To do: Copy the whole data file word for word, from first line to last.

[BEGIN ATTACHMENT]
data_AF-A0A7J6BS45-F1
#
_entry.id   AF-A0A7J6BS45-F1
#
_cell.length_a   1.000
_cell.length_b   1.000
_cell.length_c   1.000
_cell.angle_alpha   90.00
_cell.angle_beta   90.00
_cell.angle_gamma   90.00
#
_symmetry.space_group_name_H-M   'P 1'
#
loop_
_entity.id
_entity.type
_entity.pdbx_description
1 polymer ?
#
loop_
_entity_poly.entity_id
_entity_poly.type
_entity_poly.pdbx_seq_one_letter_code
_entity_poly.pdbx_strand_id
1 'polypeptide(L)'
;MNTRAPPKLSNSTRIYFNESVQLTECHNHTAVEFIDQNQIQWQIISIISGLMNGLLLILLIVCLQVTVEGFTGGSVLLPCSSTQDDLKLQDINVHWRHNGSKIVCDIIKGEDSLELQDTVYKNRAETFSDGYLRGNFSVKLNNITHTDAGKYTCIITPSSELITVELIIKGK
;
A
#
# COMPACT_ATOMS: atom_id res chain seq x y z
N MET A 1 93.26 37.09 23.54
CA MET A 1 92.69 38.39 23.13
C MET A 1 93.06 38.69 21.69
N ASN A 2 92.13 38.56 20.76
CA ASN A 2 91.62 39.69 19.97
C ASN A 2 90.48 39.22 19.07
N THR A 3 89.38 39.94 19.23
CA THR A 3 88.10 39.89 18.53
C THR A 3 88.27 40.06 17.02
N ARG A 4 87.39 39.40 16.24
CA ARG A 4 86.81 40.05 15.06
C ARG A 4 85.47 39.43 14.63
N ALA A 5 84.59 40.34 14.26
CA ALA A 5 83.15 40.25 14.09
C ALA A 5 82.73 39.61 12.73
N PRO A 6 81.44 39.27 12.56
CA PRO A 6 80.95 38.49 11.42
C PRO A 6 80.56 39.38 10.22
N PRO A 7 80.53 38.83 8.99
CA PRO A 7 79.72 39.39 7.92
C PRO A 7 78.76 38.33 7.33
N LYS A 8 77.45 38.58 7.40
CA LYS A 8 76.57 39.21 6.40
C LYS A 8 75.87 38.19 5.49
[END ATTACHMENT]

data_AF-A0A7J6BS45-F1
#
_entry.id   AF-A0A7J6BS45-F1
#
_cell.length_a   1.000
_cell.length_b   1.000
_cell.length_c   1.000
_cell.angle_alpha   90.00
_cell.angle_beta   90.00
_cell.angle_gamma   90.00
#
_symmetry.space_group_name_H-M   'P 1'
#
loop_
_entity.id
_entity.type
_entity.pdbx_description
1 polymer ?
#
loop_
_entity_poly.entity_id
_entity_poly.type
_entity_poly.pdbx_seq_one_letter_code
_entity_poly.pdbx_strand_id
1 'polypeptide(L)'
;MNTRAPPKLSNSTRIYFNESVQLTECHNHTAVEFIDQNQIQWQIISIISGLMNGLLLILLIVCLQVTVEGFTGGSVLLPCSSTQDDLKLQDINVHWRHNGSKIVCDIIKGEDSLELQDTVYKNRAETFSDGYLRGNFSVKLNNITHTDAGKYTCIITPSSELITVELIIKGK
;
A
#
# COMPACT_ATOMS: atom_id res chain seq x y z
N MET A 1 93.26 37.09 23.54
CA MET A 1 92.69 38.39 23.13
C MET A 1 93.06 38.69 21.69
N ASN A 2 92.13 38.56 20.76
CA ASN A 2 91.62 39.69 19.97
C ASN A 2 90.48 39.22 19.07
N THR A 3 89.38 39.94 19.23
CA THR A 3 88.10 39.89 18.53
C THR A 3 88.27 40.06 17.02
N ARG A 4 87.39 39.40 16.24
CA ARG A 4 86.81 40.05 15.06
C ARG A 4 85.47 39.43 14.63
N ALA A 5 84.59 40.34 14.26
CA ALA A 5 83.15 40.25 14.09
C ALA A 5 82.73 39.61 12.73
N PRO A 6 81.44 39.27 12.56
CA PRO A 6 80.95 38.49 11.42
C PRO A 6 80.56 39.38 10.22
N PRO A 7 80.53 38.83 8.99
CA PRO A 7 79.72 39.39 7.92
C PRO A 7 78.76 38.33 7.33
N LYS A 8 77.45 38.58 7.40
CA LYS A 8 76.57 39.21 6.40
C LYS A 8 75.87 38.19 5.49